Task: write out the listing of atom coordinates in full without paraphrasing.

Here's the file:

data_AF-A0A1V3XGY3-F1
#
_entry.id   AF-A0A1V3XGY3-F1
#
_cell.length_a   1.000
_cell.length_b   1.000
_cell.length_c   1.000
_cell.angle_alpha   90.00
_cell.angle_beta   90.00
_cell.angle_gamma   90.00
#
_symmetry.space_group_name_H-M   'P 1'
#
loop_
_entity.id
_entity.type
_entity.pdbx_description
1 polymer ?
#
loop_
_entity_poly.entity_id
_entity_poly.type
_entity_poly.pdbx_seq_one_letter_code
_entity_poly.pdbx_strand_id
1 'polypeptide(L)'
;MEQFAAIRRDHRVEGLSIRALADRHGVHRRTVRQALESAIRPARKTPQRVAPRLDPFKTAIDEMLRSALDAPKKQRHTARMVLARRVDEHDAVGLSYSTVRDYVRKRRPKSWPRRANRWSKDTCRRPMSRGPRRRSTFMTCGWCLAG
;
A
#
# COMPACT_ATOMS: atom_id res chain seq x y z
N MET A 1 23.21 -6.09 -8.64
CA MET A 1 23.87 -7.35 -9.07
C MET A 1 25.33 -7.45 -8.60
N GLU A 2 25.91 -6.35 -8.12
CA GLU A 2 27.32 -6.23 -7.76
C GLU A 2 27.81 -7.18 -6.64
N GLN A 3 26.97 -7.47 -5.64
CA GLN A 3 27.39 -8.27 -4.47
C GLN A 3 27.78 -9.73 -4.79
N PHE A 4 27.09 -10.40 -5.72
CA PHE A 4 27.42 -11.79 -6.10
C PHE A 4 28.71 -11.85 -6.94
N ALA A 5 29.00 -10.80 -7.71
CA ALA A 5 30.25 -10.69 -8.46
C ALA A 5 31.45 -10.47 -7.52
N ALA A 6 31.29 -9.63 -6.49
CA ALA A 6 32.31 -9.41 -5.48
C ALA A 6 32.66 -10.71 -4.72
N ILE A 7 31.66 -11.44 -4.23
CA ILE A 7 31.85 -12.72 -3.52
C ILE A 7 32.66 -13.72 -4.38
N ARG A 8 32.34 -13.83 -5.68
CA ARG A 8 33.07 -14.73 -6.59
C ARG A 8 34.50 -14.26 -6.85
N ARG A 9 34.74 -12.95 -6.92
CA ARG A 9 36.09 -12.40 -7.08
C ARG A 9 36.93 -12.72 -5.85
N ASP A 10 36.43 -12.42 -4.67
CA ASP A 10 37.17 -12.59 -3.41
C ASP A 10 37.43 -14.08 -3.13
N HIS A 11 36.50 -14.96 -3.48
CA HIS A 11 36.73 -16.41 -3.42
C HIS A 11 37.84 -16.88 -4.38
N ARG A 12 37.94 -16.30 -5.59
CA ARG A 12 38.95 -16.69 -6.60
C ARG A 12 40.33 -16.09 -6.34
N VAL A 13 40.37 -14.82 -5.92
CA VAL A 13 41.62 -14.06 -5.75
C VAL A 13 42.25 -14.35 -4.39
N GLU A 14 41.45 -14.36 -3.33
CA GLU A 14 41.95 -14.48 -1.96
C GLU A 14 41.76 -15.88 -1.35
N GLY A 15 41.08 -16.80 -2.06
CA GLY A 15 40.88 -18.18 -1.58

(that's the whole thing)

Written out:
data_AF-A0A1V3XGY3-F1
#
_entry.id   AF-A0A1V3XGY3-F1
#
_cell.length_a   1.000
_cell.length_b   1.000
_cell.length_c   1.000
_cell.angle_alpha   90.00
_cell.angle_beta   90.00
_cell.angle_gamma   90.00
#
_symmetry.space_group_name_H-M   'P 1'
#
loop_
_entity.id
_entity.type
_entity.pdbx_description
1 polymer ?
#
loop_
_entity_poly.entity_id
_entity_poly.type
_entity_poly.pdbx_seq_one_letter_code
_entity_poly.pdbx_strand_id
1 'polypeptide(L)'
;MEQFAAIRRDHRVEGLSIRALADRHGVHRRTVRQALESAIRPARKTPQRVAPRLDPFKTAIDEMLRSALDAPKKQRHTARMVLARRVDEHDAVGLSYSTVRDYVRKRRPKSWPRRANRWSKDTCRRPMSRGPRRRSTFMTCGWCLAG
;
A
#
# COMPACT_ATOMS: atom_id res chain seq x y z
N MET A 1 23.21 -6.09 -8.64
CA MET A 1 23.87 -7.35 -9.07
C MET A 1 25.33 -7.45 -8.60
N GLU A 2 25.91 -6.35 -8.12
CA GLU A 2 27.32 -6.23 -7.76
C GLU A 2 27.81 -7.18 -6.64
N GLN A 3 26.97 -7.47 -5.64
CA GLN A 3 27.39 -8.27 -4.47
C GLN A 3 27.78 -9.73 -4.79
N PHE A 4 27.09 -10.40 -5.72
CA PHE A 4 27.42 -11.79 -6.10
C PHE A 4 28.71 -11.85 -6.94
N ALA A 5 29.00 -10.80 -7.71
CA ALA A 5 30.25 -10.69 -8.46
C ALA A 5 31.45 -10.47 -7.52
N ALA A 6 31.29 -9.63 -6.49
CA ALA A 6 32.31 -9.41 -5.48
C ALA A 6 32.66 -10.71 -4.72
N ILE A 7 31.66 -11.44 -4.23
CA ILE A 7 31.85 -12.72 -3.52
C ILE A 7 32.66 -13.72 -4.38
N ARG A 8 32.34 -13.83 -5.68
CA ARG A 8 33.07 -14.73 -6.59
C ARG A 8 34.50 -14.26 -6.85
N ARG A 9 34.74 -12.95 -6.92
CA ARG A 9 36.09 -12.40 -7.08
C ARG A 9 36.93 -12.72 -5.85
N ASP A 10 36.43 -12.42 -4.67
CA ASP A 10 37.17 -12.59 -3.41
C ASP A 10 37.43 -14.08 -3.13
N HIS A 11 36.50 -14.96 -3.48
CA HIS A 11 36.73 -16.41 -3.42
C HIS A 11 37.84 -16.88 -4.38
N ARG A 12 37.94 -16.30 -5.59
CA ARG A 12 38.95 -16.69 -6.60
C ARG A 12 40.33 -16.09 -6.34
N VAL A 13 40.37 -14.82 -5.92
CA VAL A 13 41.62 -14.06 -5.75
C VAL A 13 42.25 -14.35 -4.39
N GLU A 14 41.45 -14.36 -3.33
CA GLU A 14 41.95 -14.48 -1.96
C GLU A 14 41.76 -15.88 -1.35
N GLY A 15 41.08 -16.80 -2.06
CA GLY A 15 40.88 -18.18 -1.58